This didn't happen without the old guard going down fighting against this newfangled nonsense. The city of Florence banned it in 1299, due to fears of forgery - it being transparently simple to change a 0 to 8 for instance. In fact it was probably the widespread introduction of moveable type printing which made zero difficult to change that led to the eventually triumph of the bookkeepers.

Many social theorists like Max Weber trace the rise of human rationality and capitalism to the development of accounting. As Carruthers and Espeland express it:
"Accounting makes it possible for capitalists to evaluate rationally the consequences of their past decisions. They can calculate exactly the resources currently available to them and those that will be forthcoming in the future. Capitalists can use the information provided by an account to assess and compare various alternatives for investments."
In short - accountancy lies behind the rise of the capitalist system. Heaven help us.

Imaginary Accounting

Of course, the invention of zero also makes other things possible. Not only can we count nothing but we can also count specific numbers of things that we don’t have. For only when you have zero can you represent negative numbers and these whacky little beasts are very useful for recording stuff like losses and the absence of money from contracts that you’ve previously claimed you had. In a very real sense, negative numbers make fraud a realistic and possible attainment.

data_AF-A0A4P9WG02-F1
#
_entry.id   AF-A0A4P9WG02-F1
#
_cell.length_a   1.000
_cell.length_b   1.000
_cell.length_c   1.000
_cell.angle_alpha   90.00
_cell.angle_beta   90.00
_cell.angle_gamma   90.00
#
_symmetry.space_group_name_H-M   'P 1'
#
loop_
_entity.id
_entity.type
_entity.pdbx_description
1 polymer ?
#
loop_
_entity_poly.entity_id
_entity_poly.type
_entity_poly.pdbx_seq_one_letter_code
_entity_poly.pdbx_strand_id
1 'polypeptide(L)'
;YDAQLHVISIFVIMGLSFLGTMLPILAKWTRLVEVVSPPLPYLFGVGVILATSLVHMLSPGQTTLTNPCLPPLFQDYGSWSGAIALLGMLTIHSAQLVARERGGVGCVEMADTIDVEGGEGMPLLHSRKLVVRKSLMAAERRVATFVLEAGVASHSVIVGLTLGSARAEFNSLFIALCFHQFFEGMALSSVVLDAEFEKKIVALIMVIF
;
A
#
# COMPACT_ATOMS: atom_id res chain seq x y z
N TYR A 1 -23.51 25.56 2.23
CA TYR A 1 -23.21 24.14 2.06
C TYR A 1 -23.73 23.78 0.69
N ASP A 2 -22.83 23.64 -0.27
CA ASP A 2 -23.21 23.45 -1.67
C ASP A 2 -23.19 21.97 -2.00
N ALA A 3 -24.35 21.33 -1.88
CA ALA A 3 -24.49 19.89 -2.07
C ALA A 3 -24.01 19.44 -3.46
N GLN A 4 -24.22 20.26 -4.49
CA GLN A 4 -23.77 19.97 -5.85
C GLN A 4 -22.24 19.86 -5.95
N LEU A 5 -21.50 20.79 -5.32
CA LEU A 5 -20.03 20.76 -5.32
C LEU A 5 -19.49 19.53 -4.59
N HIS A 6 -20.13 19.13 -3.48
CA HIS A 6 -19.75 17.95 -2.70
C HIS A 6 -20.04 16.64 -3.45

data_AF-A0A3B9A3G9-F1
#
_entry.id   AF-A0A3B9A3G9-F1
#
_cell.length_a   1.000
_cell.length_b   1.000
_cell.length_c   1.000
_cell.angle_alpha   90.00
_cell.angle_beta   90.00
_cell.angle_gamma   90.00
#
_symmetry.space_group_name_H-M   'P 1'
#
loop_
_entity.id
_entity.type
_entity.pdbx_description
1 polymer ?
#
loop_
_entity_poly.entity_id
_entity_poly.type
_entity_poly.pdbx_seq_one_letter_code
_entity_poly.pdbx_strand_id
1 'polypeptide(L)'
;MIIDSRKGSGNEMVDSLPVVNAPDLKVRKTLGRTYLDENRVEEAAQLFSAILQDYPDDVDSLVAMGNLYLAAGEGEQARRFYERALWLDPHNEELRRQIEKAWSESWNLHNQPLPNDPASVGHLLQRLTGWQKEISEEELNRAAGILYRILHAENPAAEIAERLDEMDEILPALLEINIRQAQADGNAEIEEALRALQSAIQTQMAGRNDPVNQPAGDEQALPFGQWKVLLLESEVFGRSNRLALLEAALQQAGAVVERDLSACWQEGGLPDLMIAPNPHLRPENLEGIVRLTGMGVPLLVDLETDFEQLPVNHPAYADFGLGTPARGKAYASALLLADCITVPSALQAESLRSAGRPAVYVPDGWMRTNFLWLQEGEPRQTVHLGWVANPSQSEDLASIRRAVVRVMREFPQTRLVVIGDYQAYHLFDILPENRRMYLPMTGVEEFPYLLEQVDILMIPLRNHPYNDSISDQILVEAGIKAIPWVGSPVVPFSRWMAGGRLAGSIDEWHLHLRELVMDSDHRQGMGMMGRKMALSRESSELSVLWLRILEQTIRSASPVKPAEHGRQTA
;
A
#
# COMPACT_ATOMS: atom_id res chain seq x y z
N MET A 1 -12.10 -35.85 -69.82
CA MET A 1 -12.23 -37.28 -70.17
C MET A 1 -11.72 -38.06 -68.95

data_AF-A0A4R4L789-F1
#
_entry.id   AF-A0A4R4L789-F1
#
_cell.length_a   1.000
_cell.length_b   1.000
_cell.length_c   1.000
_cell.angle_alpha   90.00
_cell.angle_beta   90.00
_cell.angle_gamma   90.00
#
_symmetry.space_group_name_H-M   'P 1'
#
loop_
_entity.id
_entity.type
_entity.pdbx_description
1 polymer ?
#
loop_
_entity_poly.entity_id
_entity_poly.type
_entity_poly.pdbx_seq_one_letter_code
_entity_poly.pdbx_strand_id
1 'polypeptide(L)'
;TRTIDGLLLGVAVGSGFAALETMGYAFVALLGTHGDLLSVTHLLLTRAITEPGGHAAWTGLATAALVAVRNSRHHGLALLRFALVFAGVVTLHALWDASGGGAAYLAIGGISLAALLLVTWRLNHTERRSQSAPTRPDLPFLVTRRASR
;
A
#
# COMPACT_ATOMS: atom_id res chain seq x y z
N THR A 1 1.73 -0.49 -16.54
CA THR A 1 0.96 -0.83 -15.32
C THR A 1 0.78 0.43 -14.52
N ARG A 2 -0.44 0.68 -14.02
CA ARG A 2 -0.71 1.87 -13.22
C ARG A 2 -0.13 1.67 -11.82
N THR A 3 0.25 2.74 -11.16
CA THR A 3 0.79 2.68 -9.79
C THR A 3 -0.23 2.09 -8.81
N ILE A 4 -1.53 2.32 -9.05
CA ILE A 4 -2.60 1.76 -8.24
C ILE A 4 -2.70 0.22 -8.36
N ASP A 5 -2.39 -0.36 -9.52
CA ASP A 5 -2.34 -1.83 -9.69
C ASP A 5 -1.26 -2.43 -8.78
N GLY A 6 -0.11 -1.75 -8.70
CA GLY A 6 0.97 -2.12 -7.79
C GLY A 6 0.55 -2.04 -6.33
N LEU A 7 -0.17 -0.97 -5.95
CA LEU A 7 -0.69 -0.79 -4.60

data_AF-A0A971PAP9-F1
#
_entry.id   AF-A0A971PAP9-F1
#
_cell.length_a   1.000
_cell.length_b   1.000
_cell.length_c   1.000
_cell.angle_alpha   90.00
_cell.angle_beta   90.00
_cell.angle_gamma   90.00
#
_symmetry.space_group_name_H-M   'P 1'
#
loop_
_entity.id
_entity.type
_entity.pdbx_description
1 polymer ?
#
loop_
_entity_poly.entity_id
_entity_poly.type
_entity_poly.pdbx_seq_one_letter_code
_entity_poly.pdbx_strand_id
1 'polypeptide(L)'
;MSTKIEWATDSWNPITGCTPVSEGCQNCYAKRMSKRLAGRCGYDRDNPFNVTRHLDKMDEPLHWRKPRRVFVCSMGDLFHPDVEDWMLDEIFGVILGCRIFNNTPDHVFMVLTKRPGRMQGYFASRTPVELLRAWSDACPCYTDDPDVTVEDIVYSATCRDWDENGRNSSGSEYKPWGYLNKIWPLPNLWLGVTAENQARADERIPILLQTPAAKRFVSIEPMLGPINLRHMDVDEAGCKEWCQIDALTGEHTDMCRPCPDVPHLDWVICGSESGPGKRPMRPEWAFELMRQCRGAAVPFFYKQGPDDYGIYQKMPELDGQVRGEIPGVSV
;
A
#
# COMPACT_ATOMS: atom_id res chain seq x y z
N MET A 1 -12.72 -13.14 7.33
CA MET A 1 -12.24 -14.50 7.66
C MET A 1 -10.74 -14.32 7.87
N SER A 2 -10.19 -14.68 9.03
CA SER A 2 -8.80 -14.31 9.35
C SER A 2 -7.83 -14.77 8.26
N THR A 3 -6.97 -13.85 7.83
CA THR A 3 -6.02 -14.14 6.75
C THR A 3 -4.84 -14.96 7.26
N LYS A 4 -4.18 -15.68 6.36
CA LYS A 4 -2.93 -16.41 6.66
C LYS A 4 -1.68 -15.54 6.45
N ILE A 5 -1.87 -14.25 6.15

Understandably though, many small business owners baulked at the idea of having to count specific amounts of things that they didn’t have and thus originated the profession of accountants. Before scientists started dreaming up the Higgs Boson and a bunch of other seafaring elementary particles, accountants had to create a fantasy numerical infrastructure for them to work in.

From this it’s fairly easy to see that dinosaurs, bacteria and bread mould must have been later additions to the universe. Only accountants would be strange enough to create the universe upon modern accountancy principles, requiring the concepts of negative numbers, zero and, in the case of the more creative members of the accounting profession, imaginary numbers.

A Cosmos in a Spreadsheet

Of course, there are philosophers that argue that these numerical constructs are artefacts of the human mind which we impose on a largely indifferent cosmos which continues on its way regardless of the amazement we express about the fact that its behaviour can be expressed in only a few numbers, the so-called universal physical constants. Although, typically, physicists disagree about the exact number of these required to adequately understand the innermost workings of the whole damn universe.

We, however, know differently. There are no numbers sufficient to describe the muddled meanderings of the human mind such that only accountants could have created this strange world. This, of course, also explains why most investors don’t like to sully their analysis with actual numerical calculations: like us, they know, that it was all decided long, long ago.

The Nothing that Is: A Natural History of ZeroThe Man of Numbers: Fibonacci's Arithmetic RevolutionMore Than a Numbers Game: A Brief History of Accounting (Wiley Finance)

Related Articles: Gaming the System, Cyclical Growth, Form and Fibonacci, The Ig History of Modern Economics

3 comments:

  1. Nice post.

    I think you're channelling PTerry this fine April 1st.

    ReplyDelete
  2. I want to join a cima courses. This information will be very usefull for me, thanks

    ReplyDelete